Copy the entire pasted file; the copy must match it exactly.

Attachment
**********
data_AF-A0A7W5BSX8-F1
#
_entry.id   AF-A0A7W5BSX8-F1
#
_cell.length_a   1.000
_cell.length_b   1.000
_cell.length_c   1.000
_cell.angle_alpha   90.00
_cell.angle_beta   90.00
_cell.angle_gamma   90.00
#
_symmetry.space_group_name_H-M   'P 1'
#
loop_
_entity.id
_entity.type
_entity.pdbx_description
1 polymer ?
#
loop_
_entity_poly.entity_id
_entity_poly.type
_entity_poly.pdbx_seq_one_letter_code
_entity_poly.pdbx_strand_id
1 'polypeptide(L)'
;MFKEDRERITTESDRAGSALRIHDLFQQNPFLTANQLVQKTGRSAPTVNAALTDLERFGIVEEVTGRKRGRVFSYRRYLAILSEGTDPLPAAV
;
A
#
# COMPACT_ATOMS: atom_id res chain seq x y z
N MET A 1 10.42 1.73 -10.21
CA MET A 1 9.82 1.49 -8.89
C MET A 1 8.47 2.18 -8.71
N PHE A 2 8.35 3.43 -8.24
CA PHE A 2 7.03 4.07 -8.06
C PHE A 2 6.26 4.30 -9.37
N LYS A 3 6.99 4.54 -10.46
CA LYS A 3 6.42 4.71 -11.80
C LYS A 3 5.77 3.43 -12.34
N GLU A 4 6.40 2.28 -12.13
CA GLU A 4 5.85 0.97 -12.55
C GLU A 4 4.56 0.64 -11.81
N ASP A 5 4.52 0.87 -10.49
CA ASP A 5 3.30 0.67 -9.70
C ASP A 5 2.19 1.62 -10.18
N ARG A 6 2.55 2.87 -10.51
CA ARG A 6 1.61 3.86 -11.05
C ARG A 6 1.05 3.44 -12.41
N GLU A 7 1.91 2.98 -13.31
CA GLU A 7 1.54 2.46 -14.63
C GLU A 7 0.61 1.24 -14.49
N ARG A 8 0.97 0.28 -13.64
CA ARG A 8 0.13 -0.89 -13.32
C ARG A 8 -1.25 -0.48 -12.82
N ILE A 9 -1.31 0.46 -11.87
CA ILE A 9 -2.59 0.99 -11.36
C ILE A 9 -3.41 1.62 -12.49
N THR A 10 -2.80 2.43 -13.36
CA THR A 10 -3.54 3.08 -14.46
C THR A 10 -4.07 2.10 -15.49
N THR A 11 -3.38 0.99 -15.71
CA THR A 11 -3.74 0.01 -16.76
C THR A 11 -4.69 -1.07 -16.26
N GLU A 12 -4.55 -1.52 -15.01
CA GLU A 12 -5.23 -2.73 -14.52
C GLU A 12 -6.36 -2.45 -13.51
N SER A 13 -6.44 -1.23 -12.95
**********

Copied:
data_AF-A0A7W5BSX8-F1
#
_entry.id   AF-A0A7W5BSX8-F1
#
_cell.length_a   1.000
_cell.length_b   1.000
_cell.length_c   1.000
_cell.angle_alpha   90.00
_cell.angle_beta   90.00
_cell.angle_gamma   90.00
#
_symmetry.space_group_name_H-M   'P 1'
#
loop_
_entity.id
_entity.type
_entity.pdbx_description
1 polymer ?
#
loop_
_entity_poly.entity_id
_entity_poly.type
_entity_poly.pdbx_seq_one_letter_code
_entity_poly.pdbx_strand_id
1 'polypeptide(L)'
;MFKEDRERITTESDRAGSALRIHDLFQQNPFLTANQLVQKTGRSAPTVNAALTDLERFGIVEEVTGRKRGRVFSYRRYLAILSEGTDPLPAAV
;
A
#
# COMPACT_ATOMS: atom_id res chain seq x y z
N MET A 1 10.42 1.73 -10.21
CA MET A 1 9.82 1.49 -8.89
C MET A 1 8.47 2.18 -8.71
N PHE A 2 8.35 3.43 -8.24
CA PHE A 2 7.03 4.07 -8.06
C PHE A 2 6.26 4.30 -9.37
N LYS A 3 6.99 4.54 -10.46
CA LYS A 3 6.42 4.71 -11.80
C LYS A 3 5.77 3.43 -12.34
N GLU A 4 6.40 2.28 -12.13
CA GLU A 4 5.85 0.97 -12.55
C GLU A 4 4.56 0.64 -11.81
N ASP A 5 4.52 0.87 -10.49
CA ASP A 5 3.30 0.67 -9.70
C ASP A 5 2.19 1.62 -10.18
N ARG A 6 2.55 2.87 -10.51
CA ARG A 6 1.61 3.86 -11.05
C ARG A 6 1.05 3.44 -12.41
N GLU A 7 1.91 2.98 -13.31
CA GLU A 7 1.54 2.46 -14.63
C GLU A 7 0.61 1.24 -14.49
N ARG A 8 0.97 0.28 -13.64
CA ARG A 8 0.13 -0.89 -13.32
C ARG A 8 -1.25 -0.48 -12.82
N ILE A 9 -1.31 0.46 -11.87
CA ILE A 9 -2.59 0.99 -11.36
C ILE A 9 -3.41 1.62 -12.49
N THR A 10 -2.80 2.43 -13.36
CA THR A 10 -3.54 3.08 -14.46
C THR A 10 -4.07 2.10 -15.49
N THR A 11 -3.38 0.99 -15.71
CA THR A 11 -3.74 0.01 -16.76
C THR A 11 -4.69 -1.07 -16.26
N GLU A 12 -4.55 -1.52 -15.01
CA GLU A 12 -5.23 -2.73 -14.52
C GLU A 12 -6.36 -2.45 -13.51
N SER A 13 -6.44 -1.23 -12.95